In February 2018, The Tenderloin Museum premiered an original play: The Compton’s Cafeteria Riot with the support from a Humanities for all Quick Grant. This original, interactive theater piece directly inspired by the historic riots that launched transgender activism in San Francisco. The Compton’s Cafeteria Riot is an integral piece of the Tenderloin’s identity, and this play offered a singular opportunity for audiences to celebrate the individuals whose tenacious spirit spawned a movement against the long history of discrimination and violence. Attendees convened for a late night breakfast at the New Village Cafe (a surrogate for the long-gone Compton’s on Turk and Taylor), where a 12 person cast recreated the neighborhood’s seminal act of resistance and immersed the audience in the tribulations of a marginalized community striving for survival and recognition.
Redding LGBTQ+ Film Festival
The first annual “Redding LGBTQ+ Film Festival” (in summer 2017) included a variety of films and conversations covering a range of sexual and gender identities, races/ethnicities, and ages. The film festival, an integral part of local Pride celebrations, brought a rich educational experience about LGBTQ+ issues to rural Far Northern California through the screening of films and post-screening discussion with subjects of the film.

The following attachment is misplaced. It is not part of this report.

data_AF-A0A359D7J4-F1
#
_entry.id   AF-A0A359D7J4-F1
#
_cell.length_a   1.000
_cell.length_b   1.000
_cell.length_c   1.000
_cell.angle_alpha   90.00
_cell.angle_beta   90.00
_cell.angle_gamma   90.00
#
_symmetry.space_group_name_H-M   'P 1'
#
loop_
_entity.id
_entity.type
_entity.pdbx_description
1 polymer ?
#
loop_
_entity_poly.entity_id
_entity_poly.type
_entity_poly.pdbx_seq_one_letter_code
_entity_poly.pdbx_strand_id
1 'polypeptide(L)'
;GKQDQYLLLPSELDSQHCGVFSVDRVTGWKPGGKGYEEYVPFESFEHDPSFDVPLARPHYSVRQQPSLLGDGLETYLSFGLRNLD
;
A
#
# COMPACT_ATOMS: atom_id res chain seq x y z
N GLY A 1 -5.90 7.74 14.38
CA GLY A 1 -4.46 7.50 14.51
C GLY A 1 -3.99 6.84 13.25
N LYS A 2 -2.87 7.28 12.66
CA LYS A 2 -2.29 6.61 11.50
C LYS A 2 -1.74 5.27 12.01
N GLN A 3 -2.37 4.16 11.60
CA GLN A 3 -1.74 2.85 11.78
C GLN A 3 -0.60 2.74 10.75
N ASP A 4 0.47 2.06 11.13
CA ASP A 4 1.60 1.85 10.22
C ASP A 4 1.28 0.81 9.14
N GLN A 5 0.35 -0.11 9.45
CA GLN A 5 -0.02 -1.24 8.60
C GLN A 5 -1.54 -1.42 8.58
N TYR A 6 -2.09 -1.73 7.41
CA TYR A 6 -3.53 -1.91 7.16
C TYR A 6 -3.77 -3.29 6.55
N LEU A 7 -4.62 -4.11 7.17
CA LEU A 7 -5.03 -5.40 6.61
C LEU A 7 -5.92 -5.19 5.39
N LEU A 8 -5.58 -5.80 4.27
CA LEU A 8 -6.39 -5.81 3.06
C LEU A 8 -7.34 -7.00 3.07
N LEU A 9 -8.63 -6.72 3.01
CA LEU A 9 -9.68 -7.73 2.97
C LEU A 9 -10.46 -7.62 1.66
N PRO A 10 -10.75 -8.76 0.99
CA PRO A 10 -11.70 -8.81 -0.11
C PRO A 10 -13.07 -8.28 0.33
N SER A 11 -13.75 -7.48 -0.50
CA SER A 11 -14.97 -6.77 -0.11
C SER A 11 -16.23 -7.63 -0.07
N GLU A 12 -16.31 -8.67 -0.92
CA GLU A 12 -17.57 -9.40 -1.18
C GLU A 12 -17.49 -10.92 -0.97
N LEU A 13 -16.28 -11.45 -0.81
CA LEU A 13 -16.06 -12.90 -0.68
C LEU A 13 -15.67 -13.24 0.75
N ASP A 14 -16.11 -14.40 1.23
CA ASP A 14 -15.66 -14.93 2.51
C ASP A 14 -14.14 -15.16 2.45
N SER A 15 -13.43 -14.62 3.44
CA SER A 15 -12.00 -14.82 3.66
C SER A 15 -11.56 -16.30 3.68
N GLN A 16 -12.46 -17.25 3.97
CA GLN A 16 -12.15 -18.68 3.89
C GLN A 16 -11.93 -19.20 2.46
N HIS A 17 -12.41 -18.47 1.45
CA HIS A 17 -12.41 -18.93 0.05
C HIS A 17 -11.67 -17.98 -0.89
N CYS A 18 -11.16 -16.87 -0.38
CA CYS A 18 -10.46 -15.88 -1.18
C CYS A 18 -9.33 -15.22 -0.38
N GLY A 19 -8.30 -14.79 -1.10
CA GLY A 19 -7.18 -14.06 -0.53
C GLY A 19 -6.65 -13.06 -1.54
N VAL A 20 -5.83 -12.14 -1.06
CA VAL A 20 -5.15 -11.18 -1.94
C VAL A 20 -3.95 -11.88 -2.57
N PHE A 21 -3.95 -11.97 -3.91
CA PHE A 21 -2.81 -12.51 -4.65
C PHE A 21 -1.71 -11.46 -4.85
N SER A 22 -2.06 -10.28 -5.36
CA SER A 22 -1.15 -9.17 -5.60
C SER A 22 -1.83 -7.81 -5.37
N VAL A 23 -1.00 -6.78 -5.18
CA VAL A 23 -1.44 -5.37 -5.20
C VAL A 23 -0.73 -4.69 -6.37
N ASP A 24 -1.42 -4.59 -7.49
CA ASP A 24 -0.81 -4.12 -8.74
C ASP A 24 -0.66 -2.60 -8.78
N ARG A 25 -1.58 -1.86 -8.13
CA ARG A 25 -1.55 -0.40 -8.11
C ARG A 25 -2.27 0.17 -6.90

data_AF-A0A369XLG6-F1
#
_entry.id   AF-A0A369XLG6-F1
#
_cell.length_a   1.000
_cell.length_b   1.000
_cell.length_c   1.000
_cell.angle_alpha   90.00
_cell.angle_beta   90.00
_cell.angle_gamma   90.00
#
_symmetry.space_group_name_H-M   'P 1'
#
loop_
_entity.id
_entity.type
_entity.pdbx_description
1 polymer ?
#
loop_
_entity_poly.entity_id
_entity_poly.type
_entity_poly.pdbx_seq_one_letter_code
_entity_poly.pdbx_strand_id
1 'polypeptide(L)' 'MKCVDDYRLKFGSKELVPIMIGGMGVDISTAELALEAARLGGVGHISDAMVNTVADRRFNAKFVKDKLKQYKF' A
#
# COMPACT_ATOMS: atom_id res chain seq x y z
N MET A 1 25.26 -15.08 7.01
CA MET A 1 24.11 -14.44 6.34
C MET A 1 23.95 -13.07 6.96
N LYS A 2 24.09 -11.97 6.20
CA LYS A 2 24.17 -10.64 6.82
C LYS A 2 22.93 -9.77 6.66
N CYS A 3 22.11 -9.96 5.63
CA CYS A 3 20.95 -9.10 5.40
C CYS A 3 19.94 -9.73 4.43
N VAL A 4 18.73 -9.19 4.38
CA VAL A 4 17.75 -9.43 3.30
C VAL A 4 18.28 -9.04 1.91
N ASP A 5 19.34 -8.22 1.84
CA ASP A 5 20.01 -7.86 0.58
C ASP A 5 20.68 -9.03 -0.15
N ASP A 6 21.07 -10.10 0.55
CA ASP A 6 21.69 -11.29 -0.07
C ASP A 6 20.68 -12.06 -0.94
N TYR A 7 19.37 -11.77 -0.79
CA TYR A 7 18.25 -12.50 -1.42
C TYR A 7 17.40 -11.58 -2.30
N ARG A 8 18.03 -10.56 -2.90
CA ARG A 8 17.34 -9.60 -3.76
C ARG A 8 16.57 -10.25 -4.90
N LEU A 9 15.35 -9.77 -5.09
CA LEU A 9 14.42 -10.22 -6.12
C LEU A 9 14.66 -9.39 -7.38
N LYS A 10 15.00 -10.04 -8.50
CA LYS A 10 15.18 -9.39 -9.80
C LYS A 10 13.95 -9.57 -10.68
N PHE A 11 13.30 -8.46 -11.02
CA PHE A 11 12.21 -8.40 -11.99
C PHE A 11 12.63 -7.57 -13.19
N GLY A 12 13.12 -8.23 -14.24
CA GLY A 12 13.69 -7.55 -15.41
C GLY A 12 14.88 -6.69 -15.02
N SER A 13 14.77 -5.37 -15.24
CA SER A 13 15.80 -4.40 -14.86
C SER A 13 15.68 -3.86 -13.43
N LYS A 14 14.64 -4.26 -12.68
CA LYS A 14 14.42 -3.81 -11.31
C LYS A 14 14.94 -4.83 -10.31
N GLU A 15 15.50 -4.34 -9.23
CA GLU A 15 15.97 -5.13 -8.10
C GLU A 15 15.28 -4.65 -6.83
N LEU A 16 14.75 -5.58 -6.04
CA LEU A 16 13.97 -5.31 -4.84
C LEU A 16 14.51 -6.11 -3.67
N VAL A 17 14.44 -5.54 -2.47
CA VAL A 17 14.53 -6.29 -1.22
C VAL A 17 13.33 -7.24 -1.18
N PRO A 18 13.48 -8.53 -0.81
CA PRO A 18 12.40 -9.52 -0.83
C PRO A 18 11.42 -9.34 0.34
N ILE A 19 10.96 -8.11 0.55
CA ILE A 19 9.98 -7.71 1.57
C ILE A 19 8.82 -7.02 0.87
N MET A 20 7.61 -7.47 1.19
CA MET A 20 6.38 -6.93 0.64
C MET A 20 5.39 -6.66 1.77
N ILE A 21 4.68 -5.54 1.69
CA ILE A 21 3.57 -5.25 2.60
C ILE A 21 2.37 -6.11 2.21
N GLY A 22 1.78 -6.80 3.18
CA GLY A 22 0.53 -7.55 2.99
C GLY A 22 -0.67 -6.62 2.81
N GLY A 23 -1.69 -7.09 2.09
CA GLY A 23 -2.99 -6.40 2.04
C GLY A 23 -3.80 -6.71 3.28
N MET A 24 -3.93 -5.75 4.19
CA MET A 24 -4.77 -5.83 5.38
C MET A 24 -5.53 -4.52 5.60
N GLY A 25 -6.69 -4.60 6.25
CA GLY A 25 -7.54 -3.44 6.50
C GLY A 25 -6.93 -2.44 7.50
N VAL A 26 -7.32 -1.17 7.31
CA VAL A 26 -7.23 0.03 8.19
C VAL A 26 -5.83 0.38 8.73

Barriers & Breakthroughs in Identity & Culture: Has the Needle Shifted for Filmmakers of Color?
This series in summer 2017 by Frameline was supported by an Humanities for All Quick Grant to present a series of 3-5 film screenings and 1-2 free participatory discussion/forum panels to examine the intersectionality of ethnicity, gender and gender identity, sexuality, and cultural authenticity primarily among queer and trans filmmakers of color. This project promoted engagement with the work of queer filmmakers of color who seek to explore and grapple with these important and oftentimes underrepresented topics among the LGBTQ+ community.